In 2015, our moral thought is deeply immersed in the shamanic swamp of pre-colonial superstition. We may inhabit the greenest of leafy suburbs, wield formidable academic certificates, drive the beastliest, sleekest motoring state of the art and speak the poshest European languages. But let a black cat cross our path in the morning, and we will be sweating, nervous wretches, going crazy out of anxiety over’ Nux’, or whatever they call it. Harvard and its Veritas is nothing compared to a black domestic cat. Ponder that.
We are also empty moralists. We need our righteousness to be externally validated. It is not enough for us to be upstanding, decent people. Society must reward us for it. The reward can come in either of two ways: our prosperity and general advance from strength to strength. In the alternative, the punishment of the unrighteous, our putative mortal enemies, will suffice. There is no satisfaction in handing in our homework if those who don’t are not smitten by heavenly rage. Our piety is zero-sum. That is why we love the passages where Jehova went on a rampage, smiting Philistines and Amorites and Jebusites and Amalekites and other righteousness defaulters.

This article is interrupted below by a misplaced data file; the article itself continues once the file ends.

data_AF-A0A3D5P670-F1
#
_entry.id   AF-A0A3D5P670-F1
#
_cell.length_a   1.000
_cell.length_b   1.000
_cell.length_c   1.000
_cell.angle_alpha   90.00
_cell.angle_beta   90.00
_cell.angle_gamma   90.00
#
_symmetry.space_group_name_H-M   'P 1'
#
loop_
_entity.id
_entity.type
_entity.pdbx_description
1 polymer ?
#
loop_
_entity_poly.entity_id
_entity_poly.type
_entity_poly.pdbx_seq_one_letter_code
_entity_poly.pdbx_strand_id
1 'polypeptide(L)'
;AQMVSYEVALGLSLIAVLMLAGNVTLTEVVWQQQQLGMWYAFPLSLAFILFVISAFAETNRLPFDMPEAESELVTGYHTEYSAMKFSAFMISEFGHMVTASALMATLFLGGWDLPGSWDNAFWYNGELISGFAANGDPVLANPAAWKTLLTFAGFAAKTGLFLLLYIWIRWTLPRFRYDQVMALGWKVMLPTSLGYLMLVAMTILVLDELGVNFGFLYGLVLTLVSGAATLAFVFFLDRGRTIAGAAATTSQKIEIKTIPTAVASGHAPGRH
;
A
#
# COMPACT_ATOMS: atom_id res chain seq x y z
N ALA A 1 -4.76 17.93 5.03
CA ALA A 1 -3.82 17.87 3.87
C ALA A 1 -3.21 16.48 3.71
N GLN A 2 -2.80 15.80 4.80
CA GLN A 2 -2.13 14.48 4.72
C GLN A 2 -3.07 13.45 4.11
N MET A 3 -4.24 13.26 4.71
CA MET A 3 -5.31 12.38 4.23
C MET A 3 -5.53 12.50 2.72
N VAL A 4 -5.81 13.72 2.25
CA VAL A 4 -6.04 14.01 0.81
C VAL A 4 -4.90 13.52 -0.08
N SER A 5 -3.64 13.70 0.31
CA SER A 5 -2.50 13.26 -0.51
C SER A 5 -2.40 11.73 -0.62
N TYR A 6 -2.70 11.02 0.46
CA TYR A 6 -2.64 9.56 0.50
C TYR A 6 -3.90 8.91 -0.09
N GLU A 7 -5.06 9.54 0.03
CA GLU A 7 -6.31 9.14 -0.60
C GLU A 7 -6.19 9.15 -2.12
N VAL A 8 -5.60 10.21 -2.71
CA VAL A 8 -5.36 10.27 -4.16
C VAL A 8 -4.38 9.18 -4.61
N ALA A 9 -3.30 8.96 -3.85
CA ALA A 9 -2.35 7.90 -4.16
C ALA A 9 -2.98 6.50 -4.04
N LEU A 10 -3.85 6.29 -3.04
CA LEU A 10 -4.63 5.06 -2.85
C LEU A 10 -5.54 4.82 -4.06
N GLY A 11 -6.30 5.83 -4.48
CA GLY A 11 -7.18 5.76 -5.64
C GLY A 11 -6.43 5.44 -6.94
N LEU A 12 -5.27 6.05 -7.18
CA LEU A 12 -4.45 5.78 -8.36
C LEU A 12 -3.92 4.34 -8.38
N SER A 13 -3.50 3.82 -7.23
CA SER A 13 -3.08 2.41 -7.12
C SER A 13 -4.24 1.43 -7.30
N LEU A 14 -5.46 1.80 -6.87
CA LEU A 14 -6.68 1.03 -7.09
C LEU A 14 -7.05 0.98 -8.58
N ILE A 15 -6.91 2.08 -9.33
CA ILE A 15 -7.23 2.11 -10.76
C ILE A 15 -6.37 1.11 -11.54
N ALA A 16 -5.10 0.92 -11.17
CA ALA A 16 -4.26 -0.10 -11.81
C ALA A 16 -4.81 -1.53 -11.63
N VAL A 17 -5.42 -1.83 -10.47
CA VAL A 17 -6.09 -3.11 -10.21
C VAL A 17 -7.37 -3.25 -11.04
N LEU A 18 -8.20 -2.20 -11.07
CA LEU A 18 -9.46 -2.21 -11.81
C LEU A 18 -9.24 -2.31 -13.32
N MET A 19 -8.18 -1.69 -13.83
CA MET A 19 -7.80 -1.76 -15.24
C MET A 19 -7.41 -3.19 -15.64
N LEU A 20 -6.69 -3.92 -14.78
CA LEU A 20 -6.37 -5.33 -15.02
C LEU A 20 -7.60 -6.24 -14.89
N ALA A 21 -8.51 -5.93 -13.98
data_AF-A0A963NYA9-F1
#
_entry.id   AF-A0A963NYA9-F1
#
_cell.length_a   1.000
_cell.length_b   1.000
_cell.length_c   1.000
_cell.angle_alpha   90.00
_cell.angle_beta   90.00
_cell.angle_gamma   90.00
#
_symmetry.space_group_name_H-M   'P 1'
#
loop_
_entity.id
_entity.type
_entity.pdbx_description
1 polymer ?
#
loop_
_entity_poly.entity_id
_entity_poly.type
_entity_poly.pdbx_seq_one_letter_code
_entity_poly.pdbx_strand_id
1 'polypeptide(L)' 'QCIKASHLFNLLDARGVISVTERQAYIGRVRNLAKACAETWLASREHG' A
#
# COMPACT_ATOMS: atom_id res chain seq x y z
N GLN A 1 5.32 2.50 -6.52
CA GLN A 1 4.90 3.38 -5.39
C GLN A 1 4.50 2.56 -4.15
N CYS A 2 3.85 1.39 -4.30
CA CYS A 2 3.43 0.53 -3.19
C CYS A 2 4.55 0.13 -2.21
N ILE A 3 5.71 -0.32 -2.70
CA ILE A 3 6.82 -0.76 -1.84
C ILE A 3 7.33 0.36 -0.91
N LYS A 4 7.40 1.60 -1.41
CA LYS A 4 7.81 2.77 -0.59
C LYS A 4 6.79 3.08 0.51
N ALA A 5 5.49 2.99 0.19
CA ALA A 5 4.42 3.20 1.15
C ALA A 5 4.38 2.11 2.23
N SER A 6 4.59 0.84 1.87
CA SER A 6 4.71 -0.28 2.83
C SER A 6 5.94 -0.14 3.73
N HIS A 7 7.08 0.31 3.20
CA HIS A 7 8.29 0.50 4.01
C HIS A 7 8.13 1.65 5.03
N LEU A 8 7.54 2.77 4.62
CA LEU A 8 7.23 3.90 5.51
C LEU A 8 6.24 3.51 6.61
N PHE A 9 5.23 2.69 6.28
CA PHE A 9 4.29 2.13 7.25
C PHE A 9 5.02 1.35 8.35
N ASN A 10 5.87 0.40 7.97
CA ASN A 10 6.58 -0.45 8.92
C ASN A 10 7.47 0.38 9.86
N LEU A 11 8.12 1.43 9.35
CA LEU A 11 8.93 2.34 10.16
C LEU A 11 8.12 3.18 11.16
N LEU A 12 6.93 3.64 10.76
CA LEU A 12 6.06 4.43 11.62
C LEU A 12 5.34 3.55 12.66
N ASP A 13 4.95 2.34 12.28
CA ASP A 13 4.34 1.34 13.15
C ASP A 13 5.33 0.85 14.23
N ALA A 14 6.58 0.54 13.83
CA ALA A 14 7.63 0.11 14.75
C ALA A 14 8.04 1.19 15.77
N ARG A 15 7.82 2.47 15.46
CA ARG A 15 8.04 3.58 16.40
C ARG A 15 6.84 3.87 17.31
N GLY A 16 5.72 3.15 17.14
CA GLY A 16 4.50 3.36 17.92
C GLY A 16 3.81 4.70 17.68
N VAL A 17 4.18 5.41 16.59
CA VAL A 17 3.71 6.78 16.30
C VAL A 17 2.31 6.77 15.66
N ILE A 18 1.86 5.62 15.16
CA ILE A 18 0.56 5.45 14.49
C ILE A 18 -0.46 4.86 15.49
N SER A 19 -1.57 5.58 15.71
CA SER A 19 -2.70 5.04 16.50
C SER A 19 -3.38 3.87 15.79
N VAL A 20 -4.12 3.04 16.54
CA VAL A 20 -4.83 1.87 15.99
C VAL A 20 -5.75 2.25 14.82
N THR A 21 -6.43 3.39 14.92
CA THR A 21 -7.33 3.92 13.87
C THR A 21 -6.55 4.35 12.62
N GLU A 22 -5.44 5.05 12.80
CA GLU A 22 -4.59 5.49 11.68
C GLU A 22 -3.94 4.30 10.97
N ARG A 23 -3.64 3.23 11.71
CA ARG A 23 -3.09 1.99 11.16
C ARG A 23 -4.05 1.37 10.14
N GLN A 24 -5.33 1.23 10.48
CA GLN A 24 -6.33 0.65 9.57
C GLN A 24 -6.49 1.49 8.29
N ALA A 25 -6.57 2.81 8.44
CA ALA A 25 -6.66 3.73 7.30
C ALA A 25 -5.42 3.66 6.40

Sitting in Judgement
Those amongst us who have managed themselves into being satisfied with a limited life often sit in judgment of freer, more impatient, more impulsive, more impudent spirits. In our midst are people who can do much more, and live their lives intensely. These people are misunderstood. They keep irregular hours, dream a lot, take eccentric ideas very seriously and actually solve unique problems. They are outliers. They play their game in the right edge of the bell curve where high performance is the defining characteristic of the few. They are checked by the envy, misunderstanding and shock of the the middle passage, the deep pit of the bell, where the great unwashed find comfort in numbers, and define majority consensus.